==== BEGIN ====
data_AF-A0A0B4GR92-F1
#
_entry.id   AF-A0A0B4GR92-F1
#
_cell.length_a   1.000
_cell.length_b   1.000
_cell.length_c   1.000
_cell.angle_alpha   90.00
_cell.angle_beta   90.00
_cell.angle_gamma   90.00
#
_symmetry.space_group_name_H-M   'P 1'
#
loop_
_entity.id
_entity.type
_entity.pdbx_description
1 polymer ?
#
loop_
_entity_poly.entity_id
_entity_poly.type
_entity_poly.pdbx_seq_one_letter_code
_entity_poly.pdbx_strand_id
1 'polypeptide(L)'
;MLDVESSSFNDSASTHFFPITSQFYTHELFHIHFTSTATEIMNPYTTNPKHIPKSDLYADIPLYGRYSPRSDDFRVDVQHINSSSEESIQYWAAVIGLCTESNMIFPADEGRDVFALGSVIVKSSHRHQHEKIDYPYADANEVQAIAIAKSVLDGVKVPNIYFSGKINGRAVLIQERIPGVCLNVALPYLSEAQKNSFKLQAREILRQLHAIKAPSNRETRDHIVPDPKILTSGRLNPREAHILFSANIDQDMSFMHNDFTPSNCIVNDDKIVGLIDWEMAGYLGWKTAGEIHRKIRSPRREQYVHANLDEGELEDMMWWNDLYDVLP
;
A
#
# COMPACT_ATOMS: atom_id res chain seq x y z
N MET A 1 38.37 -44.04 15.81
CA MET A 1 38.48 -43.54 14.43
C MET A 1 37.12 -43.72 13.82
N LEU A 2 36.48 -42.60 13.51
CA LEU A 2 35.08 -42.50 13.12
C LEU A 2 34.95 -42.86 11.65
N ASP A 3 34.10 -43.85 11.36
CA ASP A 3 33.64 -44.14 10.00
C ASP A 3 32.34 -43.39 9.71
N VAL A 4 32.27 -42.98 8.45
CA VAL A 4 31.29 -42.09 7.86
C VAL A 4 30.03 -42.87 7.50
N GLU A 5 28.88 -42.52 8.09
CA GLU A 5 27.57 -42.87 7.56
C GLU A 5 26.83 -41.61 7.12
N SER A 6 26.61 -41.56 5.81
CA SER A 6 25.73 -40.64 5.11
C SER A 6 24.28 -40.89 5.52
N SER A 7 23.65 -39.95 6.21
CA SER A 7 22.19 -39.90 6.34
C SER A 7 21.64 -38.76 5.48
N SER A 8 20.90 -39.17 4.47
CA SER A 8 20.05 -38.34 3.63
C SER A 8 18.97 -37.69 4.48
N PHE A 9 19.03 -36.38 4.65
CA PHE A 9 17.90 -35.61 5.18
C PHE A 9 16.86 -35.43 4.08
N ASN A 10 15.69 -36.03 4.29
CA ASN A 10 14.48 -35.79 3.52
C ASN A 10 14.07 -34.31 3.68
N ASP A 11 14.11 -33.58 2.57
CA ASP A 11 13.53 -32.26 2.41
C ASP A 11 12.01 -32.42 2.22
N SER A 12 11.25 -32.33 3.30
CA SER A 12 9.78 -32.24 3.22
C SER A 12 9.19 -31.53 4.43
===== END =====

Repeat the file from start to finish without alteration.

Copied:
data_AF-A0A0B4GR92-F1
#
_entry.id   AF-A0A0B4GR92-F1
#
_cell.length_a   1.000
_cell.length_b   1.000
_cell.length_c   1.000
_cell.angle_alpha   90.00
_cell.angle_beta   90.00
_cell.angle_gamma   90.00
#
_symmetry.space_group_name_H-M   'P 1'
#
loop_
_entity.id
_entity.type
_entity.pdbx_description
1 polymer ?
#
loop_
_entity_poly.entity_id
_entity_poly.type
_entity_poly.pdbx_seq_one_letter_code
_entity_poly.pdbx_strand_id
1 'polypeptide(L)'
;MLDVESSSFNDSASTHFFPITSQFYTHELFHIHFTSTATEIMNPYTTNPKHIPKSDLYADIPLYGRYSPRSDDFRVDVQHINSSSEESIQYWAAVIGLCTESNMIFPADEGRDVFALGSVIVKSSHRHQHEKIDYPYADANEVQAIAIAKSVLDGVKVPNIYFSGKINGRAVLIQERIPGVCLNVALPYLSEAQKNSFKLQAREILRQLHAIKAPSNRETRDHIVPDPKILTSGRLNPREAHILFSANIDQDMSFMHNDFTPSNCIVNDDKIVGLIDWEMAGYLGWKTAGEIHRKIRSPRREQYVHANLDEGELEDMMWWNDLYDVLP
;
A
#
# COMPACT_ATOMS: atom_id res chain seq x y z
N MET A 1 38.37 -44.04 15.81
CA MET A 1 38.48 -43.54 14.43
C MET A 1 37.12 -43.72 13.82
N LEU A 2 36.48 -42.60 13.51
CA LEU A 2 35.08 -42.50 13.12
C LEU A 2 34.95 -42.86 11.65
N ASP A 3 34.10 -43.85 11.36
CA ASP A 3 33.64 -44.14 10.00
C ASP A 3 32.34 -43.39 9.71
N VAL A 4 32.27 -42.98 8.45
CA VAL A 4 31.29 -42.09 7.86
C VAL A 4 30.03 -42.87 7.50
N GLU A 5 28.88 -42.52 8.09
CA GLU A 5 27.57 -42.87 7.56
C GLU A 5 26.83 -41.61 7.12
N SER A 6 26.61 -41.56 5.81
CA SER A 6 25.73 -40.64 5.11
C SER A 6 24.28 -40.89 5.52
N SER A 7 23.65 -39.95 6.21
CA SER A 7 22.19 -39.90 6.34
C SER A 7 21.64 -38.76 5.48
N SER A 8 20.90 -39.17 4.47
CA SER A 8 20.05 -38.34 3.63
C SER A 8 18.97 -37.69 4.48
N PHE A 9 19.03 -36.38 4.65
CA PHE A 9 17.90 -35.61 5.18
C PHE A 9 16.86 -35.43 4.08
N ASN A 10 15.69 -36.03 4.29
CA ASN A 10 14.48 -35.79 3.52
C ASN A 10 14.07 -34.31 3.68
N ASP A 11 14.11 -33.58 2.57
CA ASP A 11 13.53 -32.26 2.41
C ASP A 11 12.01 -32.42 2.22
N SER A 12 11.25 -32.33 3.30
CA SER A 12 9.78 -32.24 3.22
C SER A 12 9.19 -31.53 4.43